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Maria Theresa was an Austrian archduchess, and Holy Roman Empress of the Habsburg Dynasty from 1740 to 1780. She was also Marie Antoinette’s mother.
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The war ended in 1748 when Austria was forced to let Prussia keep Silesia and to accept the loss of three of its Italian territories to France.
During the War of the Austrian Succession, Maria Theresa had never found an adequate general. She also to struggled to find capable men to align themselves with the Habsburg Empire, with the exception of a few administrators she had managed to appoint.
Once the war had ended, Maria Theresa set about further reforming the Habsburg government, with Silesian exile Count Frederick William Haugwitz heading up the effort. Haugwitz’s reform effort focused mainly on centralization of the empire’s power. He assigned Bohemia and Austria to a joint ministry, and took power away from the Provincial Estates. As a result, the affected territories lent Austria’s weakened army significantly more military power. Austria also benefited from the wealth produced by those provinces’ industries.
Maria Theresa also allowed Haugwitz to do away with yearly resource negotiations with the empire’s estates in favor of meeting to negotiate only once a decade. Over the course of that decade, the estates would pay the central government yearly taxes. Additionally, Maria Theresa reorganized several government functions, combining them in a centralized General Directory.
The increased revenue and cost savings of Maria Theresa and Haugwitz’s domestic reforms further served to strengthen the Habsburg Empire’s army. Although it was peacetime, Maria Theresa saw the need to prepare for an impending second war with Fredrick II, as he sought to defend Prussia against Austria’s newly formed alliance with its former enemy, France.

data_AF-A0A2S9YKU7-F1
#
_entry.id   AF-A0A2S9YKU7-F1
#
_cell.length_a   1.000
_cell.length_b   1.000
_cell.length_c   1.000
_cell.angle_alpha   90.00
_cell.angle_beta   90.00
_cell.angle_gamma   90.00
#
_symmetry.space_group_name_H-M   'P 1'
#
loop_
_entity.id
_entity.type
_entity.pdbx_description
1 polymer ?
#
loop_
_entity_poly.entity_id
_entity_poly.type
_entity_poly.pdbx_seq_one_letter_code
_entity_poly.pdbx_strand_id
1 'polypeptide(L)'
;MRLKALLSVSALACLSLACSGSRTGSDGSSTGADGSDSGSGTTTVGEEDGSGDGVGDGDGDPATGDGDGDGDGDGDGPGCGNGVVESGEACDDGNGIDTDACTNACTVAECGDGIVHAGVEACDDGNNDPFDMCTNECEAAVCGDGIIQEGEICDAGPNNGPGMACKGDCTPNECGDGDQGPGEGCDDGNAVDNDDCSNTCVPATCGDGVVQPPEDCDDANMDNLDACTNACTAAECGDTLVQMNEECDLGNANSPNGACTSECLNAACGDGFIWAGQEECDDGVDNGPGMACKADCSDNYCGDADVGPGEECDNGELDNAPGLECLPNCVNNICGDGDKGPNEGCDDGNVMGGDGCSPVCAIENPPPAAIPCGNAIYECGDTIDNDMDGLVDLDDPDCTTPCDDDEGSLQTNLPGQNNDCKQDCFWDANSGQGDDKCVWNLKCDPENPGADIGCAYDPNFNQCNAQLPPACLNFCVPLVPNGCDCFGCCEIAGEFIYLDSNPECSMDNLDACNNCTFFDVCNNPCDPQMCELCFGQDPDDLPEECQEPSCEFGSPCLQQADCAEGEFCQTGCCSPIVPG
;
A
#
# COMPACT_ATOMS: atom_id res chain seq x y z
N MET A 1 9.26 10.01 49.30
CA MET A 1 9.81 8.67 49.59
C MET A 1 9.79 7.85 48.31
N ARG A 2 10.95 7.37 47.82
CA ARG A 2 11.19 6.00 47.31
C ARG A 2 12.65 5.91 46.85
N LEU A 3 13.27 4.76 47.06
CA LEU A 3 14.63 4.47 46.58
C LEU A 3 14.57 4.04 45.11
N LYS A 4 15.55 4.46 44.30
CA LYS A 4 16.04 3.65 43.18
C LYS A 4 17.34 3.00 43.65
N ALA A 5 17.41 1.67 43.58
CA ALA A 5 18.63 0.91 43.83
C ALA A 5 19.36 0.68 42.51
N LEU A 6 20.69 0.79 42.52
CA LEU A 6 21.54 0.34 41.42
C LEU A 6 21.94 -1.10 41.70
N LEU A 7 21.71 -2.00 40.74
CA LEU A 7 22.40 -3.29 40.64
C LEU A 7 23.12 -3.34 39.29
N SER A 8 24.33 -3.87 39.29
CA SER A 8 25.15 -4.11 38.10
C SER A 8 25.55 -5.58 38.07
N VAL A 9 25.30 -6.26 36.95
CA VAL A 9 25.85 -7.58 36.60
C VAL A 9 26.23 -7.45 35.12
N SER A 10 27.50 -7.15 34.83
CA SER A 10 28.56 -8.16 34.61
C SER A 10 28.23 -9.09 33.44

In 1756 Fredrick II once again waged war against Maria Theresa’s empire. His attack culminated in the Seven Years War, during which Maria Theresa tried to reclaim Silesia. In 1762, when Empress Elisabeth died, Russia, one of Austria’s greatest allies in the war, withdrew. Because it was clear that the Habsburg Dynasty couldn’t win the war without its allies, in 1763 Maria Theresa and Fredrick II agreed to a peace treaty on the condition that Prussia would get to keep Silesia.
In 1765 Maria Theresa’s husband, Francis Stephen, died. Upon his death, Maria Theresa appointed her eldest son, Joseph II, as emperor and co-regent. The two frequently clashed in their beliefs. After considering her own abdication and ultimately rejecting the idea, Maria Theresa allowed Joseph to take control of army reforms and join Wenzel Anton, Prince of Kaunitz-Rietberg, in determining the empire’s foreign policy.
Although Maria Theresa craved peace and promoted diplomacy, during the mother and son’s co-regency the War of the Bavarian Succession broke out, lasting from 1778 to 1779.
Maria Theresa died on November 29, 1780, at Hofburg Palace in Vienna, Austria—where she had reigned for four decades—leaving behind a solid basis for future generations of the family empire. With her death, Joseph II assumed full responsibility as Holy Roman Emperor.
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